One of the unique things about shooting for Hunter Douglas is that the shades we shoot are custom made for each location. Their high end product is designed to custom fit to any kind of window, so they have to manufacture them just for the shoot. My producer and I work with a location scout to find homes that fit the art direction for each product on the shot list. Once we’ve narrowed it down to 10-12 locations, the HD team and I come out for 2 day location scout trip. During the site visits, I’m looking for angles at each location and giving my ideas for how we can accomplish the goals for each shot. While we’re there, the installers work on measuring the windows to build the product for the shoot. After the scout, I organize the scouting photos and the HD team selects the final 4-5 locations and then starts manufacturing the product.

Now is when it really kicks in gear for me. Six weeks prior to shoot, we start having weekly pre-pro calls with my producer Heather Smith (www.smithandunion.com), the stylist, and the team at HD. We work with them on finalizing the shot list and help the stylist find resources for props and furniture. We run through all the scenarios and come up with a schedule for the shoot. Since we have to install the product, sometimes getting just one large room set can take half a day. Our last shoot had 15 hero shots and it took 14 days (we shot a lot of details and video, too). Finally, my producer and I hire the best crew, book all the equipment rental, and then find the most delicious food trucks available for catering. That’s right, work with me and you get treated!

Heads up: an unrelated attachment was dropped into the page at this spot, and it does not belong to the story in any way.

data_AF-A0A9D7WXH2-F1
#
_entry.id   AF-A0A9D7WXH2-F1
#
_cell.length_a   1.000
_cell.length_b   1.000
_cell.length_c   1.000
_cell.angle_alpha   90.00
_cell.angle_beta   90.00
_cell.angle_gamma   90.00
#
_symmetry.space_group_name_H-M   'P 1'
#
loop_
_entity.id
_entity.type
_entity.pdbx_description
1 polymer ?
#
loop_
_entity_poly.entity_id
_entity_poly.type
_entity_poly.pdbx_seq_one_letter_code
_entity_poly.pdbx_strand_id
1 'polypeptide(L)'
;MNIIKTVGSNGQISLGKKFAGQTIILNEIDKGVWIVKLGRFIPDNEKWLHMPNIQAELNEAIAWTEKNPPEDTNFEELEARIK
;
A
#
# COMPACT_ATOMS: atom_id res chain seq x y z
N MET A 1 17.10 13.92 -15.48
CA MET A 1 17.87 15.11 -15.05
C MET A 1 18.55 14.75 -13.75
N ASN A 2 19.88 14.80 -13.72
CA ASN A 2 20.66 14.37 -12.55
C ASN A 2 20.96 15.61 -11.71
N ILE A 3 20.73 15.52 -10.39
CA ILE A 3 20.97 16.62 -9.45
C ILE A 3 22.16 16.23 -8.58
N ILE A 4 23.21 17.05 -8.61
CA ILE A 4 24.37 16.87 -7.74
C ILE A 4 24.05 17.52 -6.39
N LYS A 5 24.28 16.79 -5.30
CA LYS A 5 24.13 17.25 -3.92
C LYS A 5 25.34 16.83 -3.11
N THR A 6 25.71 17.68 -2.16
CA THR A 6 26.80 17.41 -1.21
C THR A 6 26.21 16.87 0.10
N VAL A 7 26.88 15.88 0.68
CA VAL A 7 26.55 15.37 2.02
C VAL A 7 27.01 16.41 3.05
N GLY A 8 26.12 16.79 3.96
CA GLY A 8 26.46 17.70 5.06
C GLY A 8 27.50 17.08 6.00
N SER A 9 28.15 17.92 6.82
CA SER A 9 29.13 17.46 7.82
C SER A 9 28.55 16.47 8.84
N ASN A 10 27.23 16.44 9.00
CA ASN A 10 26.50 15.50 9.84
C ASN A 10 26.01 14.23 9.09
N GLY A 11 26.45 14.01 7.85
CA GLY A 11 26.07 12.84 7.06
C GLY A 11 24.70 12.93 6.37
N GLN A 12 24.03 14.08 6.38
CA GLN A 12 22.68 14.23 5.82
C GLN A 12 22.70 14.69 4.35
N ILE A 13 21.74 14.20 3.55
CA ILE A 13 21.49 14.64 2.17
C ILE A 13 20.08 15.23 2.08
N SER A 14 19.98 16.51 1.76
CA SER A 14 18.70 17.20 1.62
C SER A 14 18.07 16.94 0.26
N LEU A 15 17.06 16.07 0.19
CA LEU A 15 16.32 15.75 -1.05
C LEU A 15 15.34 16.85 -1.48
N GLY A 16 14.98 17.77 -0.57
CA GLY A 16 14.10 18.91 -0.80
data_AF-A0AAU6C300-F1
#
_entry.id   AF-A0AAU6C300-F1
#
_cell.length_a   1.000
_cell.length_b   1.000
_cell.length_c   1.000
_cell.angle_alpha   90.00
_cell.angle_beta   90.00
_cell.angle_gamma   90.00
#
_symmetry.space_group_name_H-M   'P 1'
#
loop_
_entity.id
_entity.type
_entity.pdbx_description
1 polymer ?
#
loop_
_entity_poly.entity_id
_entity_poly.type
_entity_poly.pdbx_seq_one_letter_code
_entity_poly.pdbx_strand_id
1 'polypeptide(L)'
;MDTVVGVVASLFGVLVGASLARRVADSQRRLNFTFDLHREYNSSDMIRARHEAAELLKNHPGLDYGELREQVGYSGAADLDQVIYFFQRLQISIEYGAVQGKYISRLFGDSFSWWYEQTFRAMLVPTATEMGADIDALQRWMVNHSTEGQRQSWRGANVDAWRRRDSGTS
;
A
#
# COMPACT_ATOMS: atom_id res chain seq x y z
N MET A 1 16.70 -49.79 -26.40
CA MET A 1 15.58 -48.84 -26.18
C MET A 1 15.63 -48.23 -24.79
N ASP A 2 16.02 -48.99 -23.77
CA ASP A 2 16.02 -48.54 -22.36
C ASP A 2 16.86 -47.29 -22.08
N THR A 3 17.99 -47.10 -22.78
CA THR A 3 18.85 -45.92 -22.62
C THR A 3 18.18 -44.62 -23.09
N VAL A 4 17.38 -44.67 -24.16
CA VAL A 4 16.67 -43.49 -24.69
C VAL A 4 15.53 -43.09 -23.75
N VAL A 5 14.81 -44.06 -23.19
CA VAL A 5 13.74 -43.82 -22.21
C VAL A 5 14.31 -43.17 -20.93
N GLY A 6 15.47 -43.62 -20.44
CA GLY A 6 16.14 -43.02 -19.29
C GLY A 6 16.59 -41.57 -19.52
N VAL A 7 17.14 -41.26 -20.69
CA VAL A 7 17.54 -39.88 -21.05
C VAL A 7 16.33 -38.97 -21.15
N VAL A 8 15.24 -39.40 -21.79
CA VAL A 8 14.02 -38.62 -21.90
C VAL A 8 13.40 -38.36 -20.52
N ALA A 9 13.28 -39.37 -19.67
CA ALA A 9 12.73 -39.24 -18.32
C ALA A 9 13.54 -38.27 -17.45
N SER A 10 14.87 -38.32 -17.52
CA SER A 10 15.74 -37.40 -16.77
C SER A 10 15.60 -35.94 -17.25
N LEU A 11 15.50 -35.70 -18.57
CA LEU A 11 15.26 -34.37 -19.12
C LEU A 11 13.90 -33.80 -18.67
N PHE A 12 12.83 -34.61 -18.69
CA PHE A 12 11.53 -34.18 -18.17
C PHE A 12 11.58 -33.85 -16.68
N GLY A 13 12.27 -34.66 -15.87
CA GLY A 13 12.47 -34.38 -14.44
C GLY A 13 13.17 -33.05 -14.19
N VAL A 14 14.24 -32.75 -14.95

The Shoot

I usually start with something easy, like a shot without a lot of prop changes and an easy product to install. I coordinate the HD installers so that they’re always ahead of us and I’m not waiting on them to setup the next shot. After we finish a shot, they then have to take down the product they put up. It’s quite a dance. Especially if we’re doing things like making a living room look like a bedroom.

On these shoots, I’m using a Phase One 100MP Medium Format Digital Back on an Alpa view camera. I love shooting with view cameras because every lens has the movements you need to shoot architecture properly in camera. Plus the lenses a extremely sharp and the level of detail is unparalleled to any DSLR. My photo crew includes a digital tech, a 1st assistant, and a 2nd assistant. Plus the production team has 3 or 4 PAs running around helping all of us move thing around. It’s a lot of fun and I have a great team. All of them working hard to help me create the vision for Hunter Douglas.

Retouching